U.S. SMBs Lag In Disaster Recovery ReadinessStudy finds that legacy equipment and lack of executive buy-in lead American firms to trail global counterparts in their ability to bounce back from an IT disaster.
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Budget and resource allocations were also a key factor. SMBs in Norway earmark 17% of their IT spending for backup and disaster recovery, tops in the survey. Swedish firms set aside 16%, the second largest slice of the resource pie. The top overall countries in the study -- Germany and the Netherlands -- spend roughly 13 to 14% of their IT budget on backup and recovery, compared with 10% in the United States. Donahue noted that while Asian regions fared fairly well in the overall rankings, they did so with modest budget allocations.
The report, "The Acronis Global Disaster Recovery Index: 2011," included 3,000 SMBs across a range of industries. Each had fewer than 1,000 seats in their organization. The inaugural study was commissioned by backup and recovery vendor Acronis and performed by independent firm Ponemon Institute, and will be conducted annually going forward.
The study's statistics generally jive with a recent Symantec survey, which found that half of SMBs have no disaster recovery plan in place.
Though disaster plans certainly vary around the world, SMBs everywhere appeared to agree that hybrid IT environments create one of the biggest backup and recovery challenges: 68% of all respondents said that managing data across physical, cloud, and virtual environments was the toughest test in disaster preparedness.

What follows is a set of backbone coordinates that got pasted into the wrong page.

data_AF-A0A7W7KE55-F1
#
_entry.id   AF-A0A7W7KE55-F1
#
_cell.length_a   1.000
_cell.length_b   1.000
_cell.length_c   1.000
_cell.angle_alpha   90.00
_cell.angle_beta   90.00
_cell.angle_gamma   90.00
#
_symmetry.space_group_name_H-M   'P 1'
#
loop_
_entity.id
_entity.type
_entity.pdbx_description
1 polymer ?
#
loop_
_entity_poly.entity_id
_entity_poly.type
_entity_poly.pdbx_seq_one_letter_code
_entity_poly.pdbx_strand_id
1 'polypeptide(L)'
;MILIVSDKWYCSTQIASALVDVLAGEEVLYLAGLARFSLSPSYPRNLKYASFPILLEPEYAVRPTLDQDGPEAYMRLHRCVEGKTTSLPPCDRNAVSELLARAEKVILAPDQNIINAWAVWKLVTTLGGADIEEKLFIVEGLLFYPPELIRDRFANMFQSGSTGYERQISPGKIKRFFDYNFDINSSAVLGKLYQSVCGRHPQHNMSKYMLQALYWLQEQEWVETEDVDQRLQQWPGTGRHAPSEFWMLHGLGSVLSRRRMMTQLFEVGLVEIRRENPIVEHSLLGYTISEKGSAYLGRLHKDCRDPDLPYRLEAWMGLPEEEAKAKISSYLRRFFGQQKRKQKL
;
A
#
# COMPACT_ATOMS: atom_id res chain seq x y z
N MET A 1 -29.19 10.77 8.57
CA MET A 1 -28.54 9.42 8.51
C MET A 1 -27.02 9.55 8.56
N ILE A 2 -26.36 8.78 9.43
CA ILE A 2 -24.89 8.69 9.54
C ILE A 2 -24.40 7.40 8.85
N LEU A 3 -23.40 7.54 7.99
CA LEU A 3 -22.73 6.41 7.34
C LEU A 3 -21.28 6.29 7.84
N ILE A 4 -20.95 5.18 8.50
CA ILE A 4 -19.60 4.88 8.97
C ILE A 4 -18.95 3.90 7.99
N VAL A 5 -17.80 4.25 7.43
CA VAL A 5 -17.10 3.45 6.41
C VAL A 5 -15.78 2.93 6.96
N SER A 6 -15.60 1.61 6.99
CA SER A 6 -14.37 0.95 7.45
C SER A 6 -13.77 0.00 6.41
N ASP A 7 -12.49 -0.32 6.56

"The hybrid world is a complicated one," Donahue said, adding that firms with more multifaceted environments generally had lower levels of confidence in their disaster preparedness. On average, SMBs in the study were using between two and three different options for backup and recovery operations -- three-quarters of respondents said they would prefer to deploy a single solution across all environments.
That challenge appears set to grow in the year ahead: Respondents across all regions reported that 16% of their IT infrastructure was cloud-based at the end of 2010, but they expect that to nearly double -- to 30% -- in 2011.
Donahue said backup redundancy -- "backups of your backups" -- is a key catalyst for cloud adoption. While some SMBs prefer to keep their primary backup onsite to reduce recovery time, Donahue said they often don't have the multiple data centers -- more common in larger enterprises -- necessary for redundancy.
"We're seeing that as, by far, the main driver," Donahue said.
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